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Dan Pipes - Hawaii

I met Caroline my last year of school and married her after graduation from the U-dub. All five-foot-two, butt-length black hair’d quarter Squamish of her followed me from the Pacific Northwest to training in Columbus, Mississippi then to Del Rio before ending in Nellis where they taught me to fly the F-105 ‘Thud’, a flying Coke-bottle of a thing originally intended for a one-way trip delivery of a nuke into the heart of Russia. It’s gun in the nose and got called a fighter and although it hauled the mail, nimble didn’t suit the definition but its stability made it a favorite with the pilots and given the right stick, it delivered a helluva wallop—we just wished to hell the designers had put a little more redundancy into its critical systems.

Not long after getting to Nellis, we got tasked for a Vietnam rotation and we pulled the Tahkli deployment, arriving there under command of the 355th Tactical Fighter Wing about the time Thai monsoon season began.

Within a week, I got lucky and went over to Hawaii with some others to ferry four jets back.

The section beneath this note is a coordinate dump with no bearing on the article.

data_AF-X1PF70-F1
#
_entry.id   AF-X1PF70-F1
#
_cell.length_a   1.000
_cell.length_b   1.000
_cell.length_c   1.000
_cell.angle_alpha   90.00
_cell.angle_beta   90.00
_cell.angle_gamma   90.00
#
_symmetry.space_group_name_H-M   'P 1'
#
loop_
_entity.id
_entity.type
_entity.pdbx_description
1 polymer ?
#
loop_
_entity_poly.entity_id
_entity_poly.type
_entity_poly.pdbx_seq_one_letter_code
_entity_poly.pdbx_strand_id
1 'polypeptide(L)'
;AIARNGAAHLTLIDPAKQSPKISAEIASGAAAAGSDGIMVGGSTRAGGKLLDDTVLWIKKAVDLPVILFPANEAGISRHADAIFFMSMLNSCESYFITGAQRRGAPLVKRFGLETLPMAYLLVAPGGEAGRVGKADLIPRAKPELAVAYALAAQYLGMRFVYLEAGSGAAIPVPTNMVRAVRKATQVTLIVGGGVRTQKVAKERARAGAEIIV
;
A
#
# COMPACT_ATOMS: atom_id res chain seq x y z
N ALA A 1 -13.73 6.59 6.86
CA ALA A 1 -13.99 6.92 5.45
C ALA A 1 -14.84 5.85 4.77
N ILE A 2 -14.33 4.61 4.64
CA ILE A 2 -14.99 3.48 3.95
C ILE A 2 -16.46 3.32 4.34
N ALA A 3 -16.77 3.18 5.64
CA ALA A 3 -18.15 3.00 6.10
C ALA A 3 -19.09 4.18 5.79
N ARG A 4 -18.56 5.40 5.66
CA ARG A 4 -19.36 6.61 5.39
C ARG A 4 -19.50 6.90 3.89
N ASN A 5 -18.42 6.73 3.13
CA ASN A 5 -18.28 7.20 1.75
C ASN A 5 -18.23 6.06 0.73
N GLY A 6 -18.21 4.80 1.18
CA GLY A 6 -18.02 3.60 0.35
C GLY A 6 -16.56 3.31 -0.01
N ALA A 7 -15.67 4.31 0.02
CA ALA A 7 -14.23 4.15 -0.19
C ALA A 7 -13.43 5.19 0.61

All of us being married, we notified the ole boy’s network to inject some delay then arranged for the wives to meet us on Oahu.

Caroline got there within two days of hearing ‘go’.

One of the jets had a gremlin the maintainers couldn’t kill and our week turned into a week-and-a-half without complaint.

The wife and I rented a Jeep, toured the island and had several picnics on secluded beaches found on chance simply by turning right onto tiny roads cutting holes into the jungle like tunnels into a West Virginia mountainside.

Eventually our we ran out of legitimate delays.

We booked a downtown hotel through Saturday morning and caught a movie Friday night. She wanted Julie Andrews, who didn’t light my fire. I protested The Sound of Music, preferring see Lee Marvin and Jane Fonda in Cat Ballou. I’d be thankful of her choice by 1972, not having that sex kitten shitting in the litter box of my imagination.

So, I watched the Austrian song-and-dance then took a cab to The Dunes nightclub where I pressed her into my chest as Astaire sang Cheek-to-Cheek twice in succession. And when there weren’t slow waltzes and kisses on the dance floor, we sipped San Miguel and Singha and talked idly about nothing at all and everything except the war in Vietnam.

We made love until sunrise, too anxious to sleep, too anxious to miss a waking moment in each other’s arms. We hoped fruitlessly the tomorrow that came never would but it did, as it always does. I’ll never forget saying goodbye to her at the Western terminal, my eyes blink-less staring at her oval face in an oval airplane window of a Boeing 720 as it turned and taxied away from me and I hoped to God I’d get to see her more sooner than later.

I was wrong.

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